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C Duncan

'I went to the Royal Conservatoire to study classical composition and left writing pop music' says Mercury Prize hopeful

Anita Awbi
  • By Anita Awbi
  • 17 Nov 2015
  • min read
Glaswegian composer Christopher Duncan is the son of two classical musicians. He was naturally drawn to piano, viola and classical composition from a very young age, but the lure of school indie bands as a teenager also turned him on to guitar, bass and drums.

Now fluent in all five instruments, and with a Royal Conservatoire of Scotland education in his back pocket, Christopher is armed with a bewildering arsenal of styles and sounds. His genre-hopping includes forays into classical, jazz, folk, indie and alt-pop, and is best experienced on his Mercury Prize-nominated debut album Architect.

You grew up learning classical instruments – how has that grounding influenced your music-making today?
Having learned instruments from a young age, it really opened my eyes to various new styles of music, including classical and jazz.

You attended the Royal Conservatoire in Glasgow – what were your experiences there and how did they shape your composing style?
I went there primarily to study contemporary classical composition and left writing pop music. It is a very open place where you can experiment and ultimately write whatever excites you most - and for me that is classical influenced pop music.

For your end-of-year portfolio’s sake, you had to have music written on manuscript which other musicians could play and, being a conservatoire full of musicians, your music was regularly performed by ensembles. But the composition tutors actively encouraged us to write whatever other styles of music we wanted. There was never any classical music snobbery going on, which really shaped what I am doing now. I have a good education in how to write notes and structure music, which doesn't need only apply to classical music.

What is your biggest creative influence?
I guess my biggest creative influence is music. I listen to a large amount of music and artists to see what they are doing and to work out what it is about their music that makes me tick. I then incorporate certain sounds/styles that I have picked up into my own songs.

How do you feel about your debut album Architect receiving a Mercury Prize nomination?
I was very excited to be nominated for the Mercury Prize. It’s something that I have been following closely for years and it feels almost surreal that I am part of it now too! Especially considering it is my debut album.

What’s the inspiration behind the record?
There is no one thing that inspired the record. When I started recording it I wanted to explore different styles of music and as the album progressed I had a clearer idea of the overall sound I wanted for the album - which is dreamy, choral, pastoral and slightly folky.

You made it alone in your bedroom. What’s your studio set-up like?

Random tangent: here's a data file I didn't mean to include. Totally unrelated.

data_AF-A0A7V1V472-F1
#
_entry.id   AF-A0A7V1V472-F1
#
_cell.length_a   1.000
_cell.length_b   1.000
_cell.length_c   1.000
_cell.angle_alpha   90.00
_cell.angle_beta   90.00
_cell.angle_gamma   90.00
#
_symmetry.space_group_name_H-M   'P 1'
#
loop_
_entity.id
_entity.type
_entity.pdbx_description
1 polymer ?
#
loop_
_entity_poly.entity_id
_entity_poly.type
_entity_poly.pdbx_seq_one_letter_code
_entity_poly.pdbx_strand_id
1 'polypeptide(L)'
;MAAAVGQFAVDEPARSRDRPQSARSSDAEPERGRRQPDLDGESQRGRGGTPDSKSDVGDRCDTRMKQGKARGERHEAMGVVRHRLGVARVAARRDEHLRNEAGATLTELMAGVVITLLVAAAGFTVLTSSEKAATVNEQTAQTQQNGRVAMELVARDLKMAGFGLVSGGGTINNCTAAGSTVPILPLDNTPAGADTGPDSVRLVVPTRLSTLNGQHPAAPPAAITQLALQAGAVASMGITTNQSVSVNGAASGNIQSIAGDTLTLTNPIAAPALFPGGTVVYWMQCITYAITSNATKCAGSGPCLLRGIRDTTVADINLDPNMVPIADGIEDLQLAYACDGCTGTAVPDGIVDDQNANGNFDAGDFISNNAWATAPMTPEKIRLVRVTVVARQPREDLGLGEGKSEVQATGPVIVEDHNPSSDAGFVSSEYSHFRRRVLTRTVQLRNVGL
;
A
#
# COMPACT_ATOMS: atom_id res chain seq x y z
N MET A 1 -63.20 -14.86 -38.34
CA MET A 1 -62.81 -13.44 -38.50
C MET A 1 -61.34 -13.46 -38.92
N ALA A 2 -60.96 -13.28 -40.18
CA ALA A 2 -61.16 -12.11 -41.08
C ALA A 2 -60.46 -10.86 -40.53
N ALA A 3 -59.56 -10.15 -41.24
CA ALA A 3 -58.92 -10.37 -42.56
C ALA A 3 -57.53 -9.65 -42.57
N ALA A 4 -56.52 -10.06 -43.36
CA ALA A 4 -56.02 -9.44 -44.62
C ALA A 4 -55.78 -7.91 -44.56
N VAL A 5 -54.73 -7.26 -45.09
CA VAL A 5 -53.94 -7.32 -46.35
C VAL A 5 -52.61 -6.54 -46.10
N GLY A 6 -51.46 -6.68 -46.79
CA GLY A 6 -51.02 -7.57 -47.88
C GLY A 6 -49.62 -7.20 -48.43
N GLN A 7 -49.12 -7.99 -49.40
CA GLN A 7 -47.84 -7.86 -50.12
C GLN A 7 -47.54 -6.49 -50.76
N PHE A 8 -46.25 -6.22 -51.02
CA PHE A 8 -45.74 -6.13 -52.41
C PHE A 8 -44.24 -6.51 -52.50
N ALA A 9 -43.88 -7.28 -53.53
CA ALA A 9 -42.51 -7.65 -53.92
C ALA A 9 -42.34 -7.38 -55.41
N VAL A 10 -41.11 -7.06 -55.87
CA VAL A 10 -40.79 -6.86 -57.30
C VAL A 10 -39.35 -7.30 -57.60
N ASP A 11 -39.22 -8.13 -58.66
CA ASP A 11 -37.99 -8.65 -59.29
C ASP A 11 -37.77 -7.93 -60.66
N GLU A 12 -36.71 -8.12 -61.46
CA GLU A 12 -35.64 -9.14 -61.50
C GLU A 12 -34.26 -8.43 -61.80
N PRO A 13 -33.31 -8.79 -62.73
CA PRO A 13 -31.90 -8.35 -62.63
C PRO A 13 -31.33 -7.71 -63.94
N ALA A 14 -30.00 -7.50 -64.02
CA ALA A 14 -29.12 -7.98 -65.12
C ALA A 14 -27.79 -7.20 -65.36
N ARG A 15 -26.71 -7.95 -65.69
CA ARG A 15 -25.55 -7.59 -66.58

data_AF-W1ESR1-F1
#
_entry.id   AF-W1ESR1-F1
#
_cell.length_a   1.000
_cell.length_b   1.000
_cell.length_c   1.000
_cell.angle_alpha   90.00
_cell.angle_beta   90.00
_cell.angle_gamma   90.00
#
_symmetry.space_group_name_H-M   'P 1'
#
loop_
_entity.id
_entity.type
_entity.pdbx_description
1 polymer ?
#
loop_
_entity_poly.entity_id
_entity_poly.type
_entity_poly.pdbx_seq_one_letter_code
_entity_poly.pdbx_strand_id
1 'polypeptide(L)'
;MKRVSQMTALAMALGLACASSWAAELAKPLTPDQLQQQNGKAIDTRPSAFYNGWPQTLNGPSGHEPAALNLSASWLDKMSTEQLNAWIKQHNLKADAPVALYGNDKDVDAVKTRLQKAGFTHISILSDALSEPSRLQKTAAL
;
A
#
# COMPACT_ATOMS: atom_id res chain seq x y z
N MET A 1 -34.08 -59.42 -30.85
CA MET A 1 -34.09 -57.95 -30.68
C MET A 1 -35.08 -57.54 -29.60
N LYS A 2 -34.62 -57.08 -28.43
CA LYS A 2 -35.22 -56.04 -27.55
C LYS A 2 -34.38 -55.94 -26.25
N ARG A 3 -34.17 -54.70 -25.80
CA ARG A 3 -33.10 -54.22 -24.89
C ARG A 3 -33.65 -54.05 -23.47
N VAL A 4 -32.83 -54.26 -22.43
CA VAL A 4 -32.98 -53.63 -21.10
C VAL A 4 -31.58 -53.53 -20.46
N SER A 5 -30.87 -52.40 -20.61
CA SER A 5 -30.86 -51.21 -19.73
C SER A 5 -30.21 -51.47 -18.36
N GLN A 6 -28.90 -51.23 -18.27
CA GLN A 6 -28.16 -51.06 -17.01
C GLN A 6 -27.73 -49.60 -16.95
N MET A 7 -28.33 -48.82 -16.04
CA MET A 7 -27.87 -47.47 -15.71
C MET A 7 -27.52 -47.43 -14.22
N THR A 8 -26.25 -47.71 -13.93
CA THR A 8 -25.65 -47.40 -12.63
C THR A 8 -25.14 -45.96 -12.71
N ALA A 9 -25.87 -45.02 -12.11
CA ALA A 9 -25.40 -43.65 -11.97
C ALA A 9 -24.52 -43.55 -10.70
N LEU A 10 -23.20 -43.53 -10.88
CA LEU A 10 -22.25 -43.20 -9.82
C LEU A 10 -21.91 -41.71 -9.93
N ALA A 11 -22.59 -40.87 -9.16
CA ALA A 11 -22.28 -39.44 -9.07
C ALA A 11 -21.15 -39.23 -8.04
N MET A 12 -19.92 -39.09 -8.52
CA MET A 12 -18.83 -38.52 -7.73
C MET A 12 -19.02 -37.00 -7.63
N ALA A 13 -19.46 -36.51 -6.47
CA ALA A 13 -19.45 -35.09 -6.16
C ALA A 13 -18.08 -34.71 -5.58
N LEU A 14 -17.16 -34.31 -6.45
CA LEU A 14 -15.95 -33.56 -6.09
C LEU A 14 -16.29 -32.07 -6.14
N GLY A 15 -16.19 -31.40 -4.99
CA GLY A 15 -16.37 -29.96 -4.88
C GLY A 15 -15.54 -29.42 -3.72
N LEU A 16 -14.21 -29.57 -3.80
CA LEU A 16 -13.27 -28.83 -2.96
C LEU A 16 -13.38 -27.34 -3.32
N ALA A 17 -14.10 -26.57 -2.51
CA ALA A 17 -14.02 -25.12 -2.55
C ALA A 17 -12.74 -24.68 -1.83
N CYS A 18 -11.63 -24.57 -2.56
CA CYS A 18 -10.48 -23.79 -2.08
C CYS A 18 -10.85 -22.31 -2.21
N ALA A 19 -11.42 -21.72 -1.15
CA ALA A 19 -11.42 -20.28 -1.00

I have a very basic studio set-up. It consists of a laptop, a classical guitar, a microphone and an audio interface.

What are the pros and cons of making an album at home?
There are a lot of pros when it comes to recording at home. You have no time limit, financial constraints and no disturbances which you might find in a studio. I often work very late into the night using headphones. For me, recording from home gives me the space to create exactly what I want using the equipment I have. The only cons for me were that I didn't socialise much when recording the album as I never had to leave the house!

How do you feel about collaboration? Do you prefer to work alone?
I’m very happy working alone at the moment, but in the future I would like to work with larger groups, choirs and strings etc.

Your album has been described as dream-pop meets folk with classical roots. Is that what you set out to do, or is your style more organic than that?
I never really set out to create a certain style, but I guess lots of my major influences have made their way into my music and that's why it sounds this way. It was a very organic way for me to establish a style that suited my voice and interests.

Is it hard to recreate your intricate sound on stage?
It was at first. I started performing alone on stage with a laptop and guitar but it felt a little karaoke. So I started getting more live musicians involved and with a lot of rehearsal we have managed to recreate a lot of the sounds and intricacies on stage.

You make visual art – does that influence your music at all?
In a way. I often work on paintings as I'm writing music so the way I structure both is similar. Particularly my use of repetition and small intricacies.

What does 2016 have in store for you?
A lot of touring! In February I'm touring the UK and France and then hopefully America in March. I also plan on releasing my second album in autumn 2016, which I have already started work on.